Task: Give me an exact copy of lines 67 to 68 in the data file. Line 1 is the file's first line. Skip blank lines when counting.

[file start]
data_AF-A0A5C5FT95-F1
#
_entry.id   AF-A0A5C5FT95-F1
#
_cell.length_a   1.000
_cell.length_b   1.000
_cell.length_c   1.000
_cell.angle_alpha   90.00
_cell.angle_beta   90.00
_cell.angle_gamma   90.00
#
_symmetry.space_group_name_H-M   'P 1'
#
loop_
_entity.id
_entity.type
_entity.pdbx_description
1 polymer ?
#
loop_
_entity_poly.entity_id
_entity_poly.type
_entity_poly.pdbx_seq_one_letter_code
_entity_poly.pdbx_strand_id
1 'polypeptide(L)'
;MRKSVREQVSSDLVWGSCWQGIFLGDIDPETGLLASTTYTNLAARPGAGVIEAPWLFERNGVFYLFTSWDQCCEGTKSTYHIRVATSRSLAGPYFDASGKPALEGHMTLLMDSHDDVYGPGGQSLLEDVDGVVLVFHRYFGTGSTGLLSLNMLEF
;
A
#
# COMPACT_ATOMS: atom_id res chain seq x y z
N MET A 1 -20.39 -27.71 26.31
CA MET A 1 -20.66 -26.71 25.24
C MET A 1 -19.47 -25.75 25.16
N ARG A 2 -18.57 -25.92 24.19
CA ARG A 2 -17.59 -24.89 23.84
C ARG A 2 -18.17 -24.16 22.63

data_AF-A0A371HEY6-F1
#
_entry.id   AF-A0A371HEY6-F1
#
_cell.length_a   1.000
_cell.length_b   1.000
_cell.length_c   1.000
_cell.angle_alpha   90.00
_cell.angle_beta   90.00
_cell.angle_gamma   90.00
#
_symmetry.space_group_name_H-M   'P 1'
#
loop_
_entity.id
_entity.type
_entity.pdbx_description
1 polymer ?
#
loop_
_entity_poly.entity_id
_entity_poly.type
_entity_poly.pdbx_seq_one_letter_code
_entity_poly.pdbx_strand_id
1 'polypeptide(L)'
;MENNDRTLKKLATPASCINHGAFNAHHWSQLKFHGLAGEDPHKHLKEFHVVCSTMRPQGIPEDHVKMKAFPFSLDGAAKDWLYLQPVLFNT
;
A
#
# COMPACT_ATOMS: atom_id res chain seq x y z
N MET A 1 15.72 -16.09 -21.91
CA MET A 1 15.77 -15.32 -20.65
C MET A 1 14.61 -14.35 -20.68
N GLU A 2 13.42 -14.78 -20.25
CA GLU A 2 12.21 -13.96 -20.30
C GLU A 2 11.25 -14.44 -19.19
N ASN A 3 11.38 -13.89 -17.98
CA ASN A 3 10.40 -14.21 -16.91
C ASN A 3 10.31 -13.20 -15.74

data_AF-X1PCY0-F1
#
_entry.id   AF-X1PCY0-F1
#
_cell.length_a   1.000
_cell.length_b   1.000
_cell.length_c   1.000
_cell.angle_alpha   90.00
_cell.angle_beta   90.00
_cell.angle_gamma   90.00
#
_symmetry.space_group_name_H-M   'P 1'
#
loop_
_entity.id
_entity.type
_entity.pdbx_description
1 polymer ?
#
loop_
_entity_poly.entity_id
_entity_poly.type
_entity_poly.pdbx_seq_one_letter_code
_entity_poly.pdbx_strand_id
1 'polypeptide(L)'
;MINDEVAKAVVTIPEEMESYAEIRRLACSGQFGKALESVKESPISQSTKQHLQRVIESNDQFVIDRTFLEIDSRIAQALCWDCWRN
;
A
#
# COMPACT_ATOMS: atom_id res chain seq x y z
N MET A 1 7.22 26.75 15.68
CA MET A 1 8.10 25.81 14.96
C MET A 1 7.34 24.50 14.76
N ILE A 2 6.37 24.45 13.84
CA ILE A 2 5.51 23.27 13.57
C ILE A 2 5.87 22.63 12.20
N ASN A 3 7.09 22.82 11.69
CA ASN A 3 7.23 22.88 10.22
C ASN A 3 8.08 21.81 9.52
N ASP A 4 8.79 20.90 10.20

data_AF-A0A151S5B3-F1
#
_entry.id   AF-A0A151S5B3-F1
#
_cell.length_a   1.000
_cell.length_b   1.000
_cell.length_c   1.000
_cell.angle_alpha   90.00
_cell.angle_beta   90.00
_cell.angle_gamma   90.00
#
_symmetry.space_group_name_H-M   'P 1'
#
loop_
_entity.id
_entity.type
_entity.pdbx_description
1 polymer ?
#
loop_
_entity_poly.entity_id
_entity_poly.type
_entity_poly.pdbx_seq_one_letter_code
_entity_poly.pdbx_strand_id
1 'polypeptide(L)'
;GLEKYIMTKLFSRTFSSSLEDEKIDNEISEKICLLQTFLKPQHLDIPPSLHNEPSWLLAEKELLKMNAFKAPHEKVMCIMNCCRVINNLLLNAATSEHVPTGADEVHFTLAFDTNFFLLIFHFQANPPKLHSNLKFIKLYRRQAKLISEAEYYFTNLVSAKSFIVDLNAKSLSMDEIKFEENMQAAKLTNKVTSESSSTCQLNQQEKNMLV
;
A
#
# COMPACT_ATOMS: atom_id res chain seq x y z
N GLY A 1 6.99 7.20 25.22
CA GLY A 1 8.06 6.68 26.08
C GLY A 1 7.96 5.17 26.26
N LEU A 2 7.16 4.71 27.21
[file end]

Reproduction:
N MET A 1 15.72 -16.09 -21.91
CA MET A 1 15.77 -15.32 -20.65